Mnangagwa’s appointment of Ncube is reminiscent of former President Robert Mugabe’s 2000 cabinet, which notably brought in Nkosana Moyo, also a technocratic outsider, as industry minister.
Moyo quit his post in a huff the following year, after fights over policy. Simba Makoni, a reformist ZANU-PF official appointed Finance Minister along with Moyo, did not last much longer either, after falling out with Mugabe over economic policy.
Mugabe memorably chided Moyo, in particular, for resigning from cabinet, accusing him of having a weak chin.
Ncube comes into government after telegraphing the tough choices needed to rescue the economy – scrapping the bond notes and capping excessive expenditure.
It remains to be seen how much room he will be given in that respect, but the country will not have to wait for long to find out — the 2019 national budget is due in just weeks.
Ncube has said the first order of business would be to craft a clear economic vision and strategy to create an economy that exhibits strong GDP growth, averaging 6% annually, over a period of 10 years.
Unlike former Industry Minister Moyo, Ncube does not come into cabinet without any experience of working with government.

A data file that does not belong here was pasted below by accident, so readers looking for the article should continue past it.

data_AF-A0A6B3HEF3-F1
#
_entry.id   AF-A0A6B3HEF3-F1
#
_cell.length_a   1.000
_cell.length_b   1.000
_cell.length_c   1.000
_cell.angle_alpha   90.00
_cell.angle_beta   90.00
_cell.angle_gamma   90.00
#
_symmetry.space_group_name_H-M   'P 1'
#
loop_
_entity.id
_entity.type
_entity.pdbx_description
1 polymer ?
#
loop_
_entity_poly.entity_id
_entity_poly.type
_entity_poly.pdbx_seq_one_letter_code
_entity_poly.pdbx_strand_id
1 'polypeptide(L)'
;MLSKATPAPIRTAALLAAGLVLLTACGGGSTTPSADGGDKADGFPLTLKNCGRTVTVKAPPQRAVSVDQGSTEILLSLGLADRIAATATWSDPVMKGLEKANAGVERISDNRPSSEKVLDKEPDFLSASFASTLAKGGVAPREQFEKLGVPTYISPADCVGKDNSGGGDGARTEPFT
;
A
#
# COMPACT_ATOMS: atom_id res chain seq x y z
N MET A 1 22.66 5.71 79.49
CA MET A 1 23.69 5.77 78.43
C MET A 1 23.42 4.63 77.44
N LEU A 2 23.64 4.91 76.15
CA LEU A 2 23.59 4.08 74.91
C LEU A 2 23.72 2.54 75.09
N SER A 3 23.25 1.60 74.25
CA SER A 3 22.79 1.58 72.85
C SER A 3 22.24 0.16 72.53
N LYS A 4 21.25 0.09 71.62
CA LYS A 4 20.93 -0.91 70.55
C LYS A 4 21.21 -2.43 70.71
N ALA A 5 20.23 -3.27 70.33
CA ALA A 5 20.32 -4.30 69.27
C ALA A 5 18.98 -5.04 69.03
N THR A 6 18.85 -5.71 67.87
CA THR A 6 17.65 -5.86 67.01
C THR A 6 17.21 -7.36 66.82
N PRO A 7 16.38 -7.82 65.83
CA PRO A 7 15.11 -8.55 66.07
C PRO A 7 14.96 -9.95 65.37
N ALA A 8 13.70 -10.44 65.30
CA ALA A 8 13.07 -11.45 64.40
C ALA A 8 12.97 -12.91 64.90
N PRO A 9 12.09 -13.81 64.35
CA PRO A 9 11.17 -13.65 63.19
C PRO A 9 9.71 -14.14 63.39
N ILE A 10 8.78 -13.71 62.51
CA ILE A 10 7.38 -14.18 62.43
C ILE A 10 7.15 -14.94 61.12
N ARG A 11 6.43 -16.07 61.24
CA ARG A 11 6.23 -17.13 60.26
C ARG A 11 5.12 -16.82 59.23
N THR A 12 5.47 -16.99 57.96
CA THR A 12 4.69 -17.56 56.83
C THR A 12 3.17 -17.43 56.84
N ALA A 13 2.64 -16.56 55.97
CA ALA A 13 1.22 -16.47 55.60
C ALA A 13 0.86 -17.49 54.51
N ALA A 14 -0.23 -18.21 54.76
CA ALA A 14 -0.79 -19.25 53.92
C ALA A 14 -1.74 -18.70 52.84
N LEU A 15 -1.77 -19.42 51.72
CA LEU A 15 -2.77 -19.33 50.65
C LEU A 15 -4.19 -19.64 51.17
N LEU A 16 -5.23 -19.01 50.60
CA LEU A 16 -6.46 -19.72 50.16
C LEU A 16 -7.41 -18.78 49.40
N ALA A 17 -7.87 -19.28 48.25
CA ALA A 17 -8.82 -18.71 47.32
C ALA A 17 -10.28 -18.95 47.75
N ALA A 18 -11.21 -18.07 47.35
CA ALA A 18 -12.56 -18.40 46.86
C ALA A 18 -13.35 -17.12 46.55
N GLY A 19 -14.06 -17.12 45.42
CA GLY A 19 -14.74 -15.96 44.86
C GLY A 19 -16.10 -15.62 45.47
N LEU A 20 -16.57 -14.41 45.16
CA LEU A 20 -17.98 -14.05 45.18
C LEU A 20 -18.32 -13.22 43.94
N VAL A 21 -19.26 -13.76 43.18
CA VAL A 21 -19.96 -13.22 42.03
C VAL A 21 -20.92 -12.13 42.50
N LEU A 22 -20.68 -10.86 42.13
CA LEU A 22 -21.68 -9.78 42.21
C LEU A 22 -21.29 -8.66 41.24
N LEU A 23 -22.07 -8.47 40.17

In the early 2000s, Ncube was appointed chairman of the National Investment Trust (NIT), which was meant to warehouse the state’s shareholding in certain strategic economic sectors, such as mining, in terms of the government’s early indigenisation thrust.
At the time, NIT’s primary asset would have been a 15% stake in Zimplats, which it, however, failed to pay for.
Ncube was to launch an audacious, but ultimately futile, US$170 million bid for a 40% stake in Zimplats in August 2003.
But his deal-making instincts, which he will need as he navigates tricky terrain in government, saw Ncube successfully list his Barbican, then known as a small asset manager, on the Zimbabwe Stock Exchange in 2004 following the reverse takeover of Haddon & Sly.
With a doctorate in Mathematical Finance on ‘pricing options under stochastic volatility’, the cerebral economist has an intimidating resume and impressive international contacts which the Mnangagwa government hopes to open some important doors as it seeks to re-engage global capital.
Ncube is also the HSBC Distinguished Professor of Banking and Finance at the Graduate School of Business Administration (Wits Business School), University of the Witwatersrand, on a part-time basis.
He has also lectured finance at the London School of Economics and is a visiting professor at Oxford’s Blavatnick school of governance.
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